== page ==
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Is this wall concrete?

nielkfj

Is the wall indicated in this photo concrete?

It is an exterior wall for a condominium I am considering purchasing. The real estate company selling the apartment didn’t know.

A few more details: The building was built in 1969. The rooms behind the wall are bedrooms, and the wall faces a street. So I suspect that the wall is indeed concrete to help block traffic noise in the bedrooms. But I want to be more certain about this. I will hire an inspector to look at the unit before purchasing, but at this point I just need more information about this exterior wall.

In case it is helpful here are some other photos:

Close-up of wall with corner:

Front of the building:

Left side corner of building (partly obscured by trees):

Rear of building:

 
Mar 20, 18 12:08 am
Rusty!

It's stucco, possibly EIFS. Clearly the building was renovated sometimes in last decade or so.

Concrete wall would not make any sense for either thermal or structural purposes.

Go up to the building and stab it with a fork. If it goes in easily and you pull out plastic mesh and Styrofoam it's definitively EIFS. If it takes repeated stabs and you eventually hit metal mesh it's Stucco.

Mar 20, 18 12:18 am
nielkfj

Yes, the building was renovated about 12 years ago. In the interior of the apartment the wall has drywall on the outside with a hollow sound when I knock on it.

Rusty!

When you knock on it does it sound like knocking on a box full of winter clothes or full of fluffy pillows? This is important.

Non Sequitur

hopefully it does not sound like a pillowcase full of cheese.

joseffischer

Underlying materials may be that brick veneer, or maybe just CMU.  You should be able to tell from the thickness of wall at windows and/or inside materials.  Condos are supposed to have the original floor plans, which would show you as well.  Though I know my condo didn't have it.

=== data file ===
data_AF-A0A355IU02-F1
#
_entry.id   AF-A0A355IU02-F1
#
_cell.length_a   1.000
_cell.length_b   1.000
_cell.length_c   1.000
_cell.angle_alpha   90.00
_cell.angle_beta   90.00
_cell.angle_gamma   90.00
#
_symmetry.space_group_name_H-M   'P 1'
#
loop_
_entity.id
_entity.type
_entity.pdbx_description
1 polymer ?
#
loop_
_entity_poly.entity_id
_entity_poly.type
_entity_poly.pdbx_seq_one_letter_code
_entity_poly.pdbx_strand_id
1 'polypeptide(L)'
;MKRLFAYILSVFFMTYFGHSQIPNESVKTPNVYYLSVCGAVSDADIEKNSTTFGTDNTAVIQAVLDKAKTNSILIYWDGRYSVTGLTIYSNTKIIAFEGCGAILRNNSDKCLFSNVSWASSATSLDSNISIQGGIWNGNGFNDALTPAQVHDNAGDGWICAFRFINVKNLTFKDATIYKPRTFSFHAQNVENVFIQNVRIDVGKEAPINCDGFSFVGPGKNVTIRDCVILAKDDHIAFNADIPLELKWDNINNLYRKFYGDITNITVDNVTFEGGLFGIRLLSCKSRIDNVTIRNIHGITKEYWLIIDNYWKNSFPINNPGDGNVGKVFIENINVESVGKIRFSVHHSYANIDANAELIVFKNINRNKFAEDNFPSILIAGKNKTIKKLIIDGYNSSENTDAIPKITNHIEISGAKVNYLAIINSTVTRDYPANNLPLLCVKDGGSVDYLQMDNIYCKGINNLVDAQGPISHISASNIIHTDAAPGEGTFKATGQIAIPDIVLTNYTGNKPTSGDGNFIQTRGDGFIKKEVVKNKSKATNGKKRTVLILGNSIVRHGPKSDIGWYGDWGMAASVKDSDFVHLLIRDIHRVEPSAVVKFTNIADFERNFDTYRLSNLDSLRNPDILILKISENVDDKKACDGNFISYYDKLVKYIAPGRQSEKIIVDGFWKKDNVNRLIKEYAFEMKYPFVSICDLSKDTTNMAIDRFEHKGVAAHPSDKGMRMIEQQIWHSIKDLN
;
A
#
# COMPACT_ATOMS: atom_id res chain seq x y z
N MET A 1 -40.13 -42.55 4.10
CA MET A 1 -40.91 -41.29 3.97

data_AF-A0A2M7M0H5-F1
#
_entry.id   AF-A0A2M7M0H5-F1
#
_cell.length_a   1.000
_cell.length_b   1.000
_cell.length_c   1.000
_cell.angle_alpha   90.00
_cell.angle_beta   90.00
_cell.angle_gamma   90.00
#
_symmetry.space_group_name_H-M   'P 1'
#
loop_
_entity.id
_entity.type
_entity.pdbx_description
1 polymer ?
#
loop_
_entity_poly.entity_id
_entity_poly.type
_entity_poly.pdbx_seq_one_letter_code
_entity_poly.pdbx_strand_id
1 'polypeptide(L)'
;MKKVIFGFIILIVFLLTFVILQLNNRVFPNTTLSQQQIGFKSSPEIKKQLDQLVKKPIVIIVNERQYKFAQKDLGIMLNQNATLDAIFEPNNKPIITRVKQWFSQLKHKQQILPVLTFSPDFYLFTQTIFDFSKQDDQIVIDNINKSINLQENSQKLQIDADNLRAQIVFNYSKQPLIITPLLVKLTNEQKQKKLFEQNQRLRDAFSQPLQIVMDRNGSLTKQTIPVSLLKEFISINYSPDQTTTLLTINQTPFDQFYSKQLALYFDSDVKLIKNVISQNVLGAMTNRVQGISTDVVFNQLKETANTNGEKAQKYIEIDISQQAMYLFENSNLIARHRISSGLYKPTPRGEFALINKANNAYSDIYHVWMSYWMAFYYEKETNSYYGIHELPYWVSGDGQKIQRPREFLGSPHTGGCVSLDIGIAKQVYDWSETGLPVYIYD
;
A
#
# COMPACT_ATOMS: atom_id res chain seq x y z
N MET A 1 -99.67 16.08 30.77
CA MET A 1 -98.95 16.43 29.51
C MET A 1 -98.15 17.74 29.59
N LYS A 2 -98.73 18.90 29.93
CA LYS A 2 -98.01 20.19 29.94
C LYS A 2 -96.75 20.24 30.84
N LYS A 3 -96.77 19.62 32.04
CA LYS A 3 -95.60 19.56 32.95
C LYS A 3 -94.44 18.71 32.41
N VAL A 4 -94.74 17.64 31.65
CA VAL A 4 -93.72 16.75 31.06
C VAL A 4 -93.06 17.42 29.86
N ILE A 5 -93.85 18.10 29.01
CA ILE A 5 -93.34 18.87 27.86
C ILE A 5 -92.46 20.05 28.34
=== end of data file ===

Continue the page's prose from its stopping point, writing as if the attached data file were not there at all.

Mar 20, 18 8:57 am
nielkfj

In the interior of the apartment the wall has drywall on the inside surface with a hollow sound when I knock on it. I could check the plans (if they exist) if I get to the point of hiring an inspector. To much bother at this point.

Non Sequitur

I find it funny the OP thinks a condo builder would go the extra mile to reduce noise from traffic.

Mar 20, 18 9:37 am
tintt

That made me giggle too.

nielkfj

I hear what you're saying about cheap condo construction. But actually this building was originally rental apartments. I was only converted to condos about 12 years ago. So perhaps the design and build is higher quality than if it were built as condos originally.

Non Sequitur

That's even worse.

JLC-1

use a small drill bit and you will find out

Mar 20, 18 11:31 am
Almosthip7

Destructive testing...lets find out

Mar 20, 18 1:16 pm
nielkfj

Thanks all for the responses. 

I went back to the building yesterday and knocked on the wall at the ground level with my knuckles. Thankfully nobody asked me what I was doing, and apparently nobody was home in that unit. It has stucco on the surface, but it sounds like solid concrete underneath all the way across (I reached over the patio rail, behind those large plywood sheets in the photo, and knocked as far as I could reach). Very solid feel - I'm 99% certain it is concrete. So hopefully it's the same on all levels.

Mar 21, 18 11:48 am
Volunteer

Concrete block, aka CMU possibly. Solid concrete seems way too expensive to install and has virtually no insulation properties.

Mar 21, 18 12:00 pm
won and done williams

It's eifs - look at all those cheap details around the windows. Classic eifs. Whether it's on concrete block or not, who knows? The thickness of the wall might give you a clue.

Mar 21, 18 12:59 pm
Bloopox

No that's not a concrete wall.  You can see from the window placement and views through the windows that the walls aren't especially thick.  The thinnest composite concrete wall assembly that can be adequately insulated is about 10 inches thick, not including interior finishes (two 3-inch pre-stressed concrete planks with 4 inches of rigid insulation between them.) The thinnest non-composite concrete wall that can be adequately insulated is about 1'-3" thick, not including interior finishes.

Or let's say: on the off chance that it is a concrete wall, it's got inadequate insulation, so I hope for your sake that it's not.

Mar 21, 18 1:00 pm
cooperklein

It certainly doesn't look like one. Here, go take a look at Tilt Constructions QLD and their concrete walls and panels, and see the difference.

May 27, 18 4:15 am

1969, almost certainly CMU with artificial stucco added later during reno. 

May 27, 18 11:27 am
A605

If the rooms behind the wall are bedrooms, the concrete wall is not best support for convenient living. 

In case you want wall with heat and sound reduce or fire-resistance, you can repair the wall outside or inside with other materials, such as: Aluminum Composite Panel or PVC Foam sheet. 

May 28, 18 12:39 am

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